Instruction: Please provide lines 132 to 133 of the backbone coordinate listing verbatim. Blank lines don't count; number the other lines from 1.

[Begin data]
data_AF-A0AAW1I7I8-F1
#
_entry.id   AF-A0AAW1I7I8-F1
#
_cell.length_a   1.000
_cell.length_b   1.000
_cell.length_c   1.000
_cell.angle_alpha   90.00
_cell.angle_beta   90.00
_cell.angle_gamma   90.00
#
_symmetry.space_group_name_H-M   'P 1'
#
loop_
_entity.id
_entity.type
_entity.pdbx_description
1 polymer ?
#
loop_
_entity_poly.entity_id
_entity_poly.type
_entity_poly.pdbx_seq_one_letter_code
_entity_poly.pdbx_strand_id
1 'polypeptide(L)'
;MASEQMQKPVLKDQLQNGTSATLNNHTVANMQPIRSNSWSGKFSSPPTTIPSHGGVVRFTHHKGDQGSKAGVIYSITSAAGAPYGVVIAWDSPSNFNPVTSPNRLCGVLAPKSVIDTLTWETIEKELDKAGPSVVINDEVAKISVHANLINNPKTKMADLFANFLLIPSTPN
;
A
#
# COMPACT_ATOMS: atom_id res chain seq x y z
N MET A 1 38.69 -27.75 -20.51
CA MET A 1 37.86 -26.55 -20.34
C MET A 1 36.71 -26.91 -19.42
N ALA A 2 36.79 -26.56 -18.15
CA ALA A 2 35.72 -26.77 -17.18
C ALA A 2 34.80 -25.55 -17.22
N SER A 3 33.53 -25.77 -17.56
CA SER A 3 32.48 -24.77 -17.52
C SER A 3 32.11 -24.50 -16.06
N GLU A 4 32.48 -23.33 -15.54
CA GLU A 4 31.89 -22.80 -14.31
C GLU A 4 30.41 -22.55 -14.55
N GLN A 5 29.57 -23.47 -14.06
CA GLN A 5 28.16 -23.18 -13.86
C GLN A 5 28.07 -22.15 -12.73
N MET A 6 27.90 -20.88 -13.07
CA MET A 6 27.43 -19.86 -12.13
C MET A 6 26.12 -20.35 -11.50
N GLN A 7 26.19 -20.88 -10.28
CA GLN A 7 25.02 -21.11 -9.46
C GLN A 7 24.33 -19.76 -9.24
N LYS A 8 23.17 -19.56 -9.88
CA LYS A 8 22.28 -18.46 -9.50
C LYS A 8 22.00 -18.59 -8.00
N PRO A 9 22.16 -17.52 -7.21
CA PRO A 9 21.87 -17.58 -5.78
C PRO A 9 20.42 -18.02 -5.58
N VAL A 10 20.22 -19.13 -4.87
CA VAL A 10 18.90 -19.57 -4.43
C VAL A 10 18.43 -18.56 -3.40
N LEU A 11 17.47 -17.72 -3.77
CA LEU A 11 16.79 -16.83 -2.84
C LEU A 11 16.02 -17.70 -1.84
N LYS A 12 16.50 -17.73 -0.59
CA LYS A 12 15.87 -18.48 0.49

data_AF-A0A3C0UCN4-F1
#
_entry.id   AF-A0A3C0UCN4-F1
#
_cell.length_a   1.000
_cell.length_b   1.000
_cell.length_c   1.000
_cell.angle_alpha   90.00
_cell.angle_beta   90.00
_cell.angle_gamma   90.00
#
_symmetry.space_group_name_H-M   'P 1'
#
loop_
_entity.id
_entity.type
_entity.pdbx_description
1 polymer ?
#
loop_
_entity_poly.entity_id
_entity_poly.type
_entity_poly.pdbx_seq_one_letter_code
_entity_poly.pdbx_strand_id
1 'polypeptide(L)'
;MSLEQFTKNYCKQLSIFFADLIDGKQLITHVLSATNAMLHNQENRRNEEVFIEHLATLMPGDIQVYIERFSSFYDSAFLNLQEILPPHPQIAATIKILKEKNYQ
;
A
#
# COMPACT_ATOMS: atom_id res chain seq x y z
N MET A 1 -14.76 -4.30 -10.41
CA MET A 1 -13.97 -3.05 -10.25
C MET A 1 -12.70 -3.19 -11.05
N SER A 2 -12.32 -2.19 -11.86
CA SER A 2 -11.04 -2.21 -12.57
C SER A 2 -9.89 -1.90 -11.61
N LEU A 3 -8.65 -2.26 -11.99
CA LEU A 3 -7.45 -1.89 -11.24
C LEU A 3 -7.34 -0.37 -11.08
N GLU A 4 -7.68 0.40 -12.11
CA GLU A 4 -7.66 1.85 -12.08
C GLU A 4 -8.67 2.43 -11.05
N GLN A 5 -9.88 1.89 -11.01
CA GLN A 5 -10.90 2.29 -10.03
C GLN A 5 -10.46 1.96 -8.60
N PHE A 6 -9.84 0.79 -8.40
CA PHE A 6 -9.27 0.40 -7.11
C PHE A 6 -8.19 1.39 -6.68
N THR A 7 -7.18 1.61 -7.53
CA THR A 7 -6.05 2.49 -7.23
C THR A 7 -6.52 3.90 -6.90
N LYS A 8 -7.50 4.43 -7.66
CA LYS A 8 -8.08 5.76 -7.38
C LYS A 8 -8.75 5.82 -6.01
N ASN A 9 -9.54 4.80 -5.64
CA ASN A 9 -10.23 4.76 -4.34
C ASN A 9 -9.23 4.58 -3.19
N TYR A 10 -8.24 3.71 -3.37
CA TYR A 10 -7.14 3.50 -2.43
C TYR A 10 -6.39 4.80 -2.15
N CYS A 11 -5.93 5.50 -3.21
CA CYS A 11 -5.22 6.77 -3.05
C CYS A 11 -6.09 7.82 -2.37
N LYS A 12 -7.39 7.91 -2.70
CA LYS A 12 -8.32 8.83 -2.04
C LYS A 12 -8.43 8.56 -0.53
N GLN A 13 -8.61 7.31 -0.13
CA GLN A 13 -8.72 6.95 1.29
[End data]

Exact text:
N GLN A 13 -8.61 7.31 -0.13
CA GLN A 13 -8.72 6.95 1.29